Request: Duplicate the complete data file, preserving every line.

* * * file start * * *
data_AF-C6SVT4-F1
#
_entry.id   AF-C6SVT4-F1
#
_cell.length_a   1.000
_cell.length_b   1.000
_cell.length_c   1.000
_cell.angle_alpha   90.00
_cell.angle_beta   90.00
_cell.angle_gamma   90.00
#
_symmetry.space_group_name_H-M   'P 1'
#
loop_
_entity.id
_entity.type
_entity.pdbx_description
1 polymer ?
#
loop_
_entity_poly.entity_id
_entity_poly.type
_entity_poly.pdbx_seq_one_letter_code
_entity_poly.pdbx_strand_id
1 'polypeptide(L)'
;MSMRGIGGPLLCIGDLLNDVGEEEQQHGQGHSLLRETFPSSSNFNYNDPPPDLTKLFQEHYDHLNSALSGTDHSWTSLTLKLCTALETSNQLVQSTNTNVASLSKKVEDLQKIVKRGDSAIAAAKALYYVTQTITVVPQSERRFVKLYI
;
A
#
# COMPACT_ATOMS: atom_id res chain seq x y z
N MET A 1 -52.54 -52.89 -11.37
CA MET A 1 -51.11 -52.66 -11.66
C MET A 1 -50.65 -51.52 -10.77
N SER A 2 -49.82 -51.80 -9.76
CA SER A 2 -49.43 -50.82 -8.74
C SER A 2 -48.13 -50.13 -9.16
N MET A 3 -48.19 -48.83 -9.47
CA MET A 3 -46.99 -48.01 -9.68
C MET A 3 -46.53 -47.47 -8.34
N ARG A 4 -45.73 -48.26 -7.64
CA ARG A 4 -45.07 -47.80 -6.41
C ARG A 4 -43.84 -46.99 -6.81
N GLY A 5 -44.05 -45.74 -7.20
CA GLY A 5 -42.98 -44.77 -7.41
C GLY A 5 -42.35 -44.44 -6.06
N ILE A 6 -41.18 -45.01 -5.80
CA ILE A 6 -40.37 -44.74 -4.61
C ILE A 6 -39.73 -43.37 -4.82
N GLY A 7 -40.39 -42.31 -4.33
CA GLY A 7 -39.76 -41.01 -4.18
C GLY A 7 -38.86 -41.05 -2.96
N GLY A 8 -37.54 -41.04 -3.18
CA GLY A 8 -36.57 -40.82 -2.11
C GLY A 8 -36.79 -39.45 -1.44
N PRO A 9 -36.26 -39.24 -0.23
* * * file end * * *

data_AF-C6SVT4-F1
#
_entry.id   AF-C6SVT4-F1
#
_cell.length_a   1.000
_cell.length_b   1.000
_cell.length_c   1.000
_cell.angle_alpha   90.00
_cell.angle_beta   90.00
_cell.angle_gamma   90.00
#
_symmetry.space_group_name_H-M   'P 1'
#
loop_
_entity.id
_entity.type
_entity.pdbx_description
1 polymer ?
#
loop_
_entity_poly.entity_id
_entity_poly.type
_entity_poly.pdbx_seq_one_letter_code
_entity_poly.pdbx_strand_id
1 'polypeptide(L)'
;MSMRGIGGPLLCIGDLLNDVGEEEQQHGQGHSLLRETFPSSSNFNYNDPPPDLTKLFQEHYDHLNSALSGTDHSWTSLTLKLCTALETSNQLVQSTNTNVASLSKKVEDLQKIVKRGDSAIAAAKALYYVTQTITVVPQSERRFVKLYI
;
A
#
# COMPACT_ATOMS: atom_id res chain seq x y z
N MET A 1 -52.54 -52.89 -11.37
CA MET A 1 -51.11 -52.66 -11.66
C MET A 1 -50.65 -51.52 -10.77
N SER A 2 -49.82 -51.80 -9.76
CA SER A 2 -49.43 -50.82 -8.74
C SER A 2 -48.13 -50.13 -9.16
N MET A 3 -48.19 -48.83 -9.47
CA MET A 3 -46.99 -48.01 -9.68
C MET A 3 -46.53 -47.47 -8.34
N ARG A 4 -45.73 -48.26 -7.64
CA ARG A 4 -45.07 -47.80 -6.41
C ARG A 4 -43.84 -46.99 -6.81
N GLY A 5 -44.05 -45.74 -7.20
CA GLY A 5 -42.98 -44.77 -7.41
C GLY A 5 -42.35 -44.44 -6.06
N ILE A 6 -41.18 -45.01 -5.80
CA ILE A 6 -40.37 -44.74 -4.61
C ILE A 6 -39.73 -43.37 -4.82
N GLY A 7 -40.39 -42.31 -4.33
CA GLY A 7 -39.76 -41.01 -4.18
C GLY A 7 -38.86 -41.05 -2.96
N GLY A 8 -37.54 -41.04 -3.18
CA GLY A 8 -36.57 -40.82 -2.11
C GLY A 8 -36.79 -39.45 -1.44
N PRO A 9 -36.26 -39.24 -0.23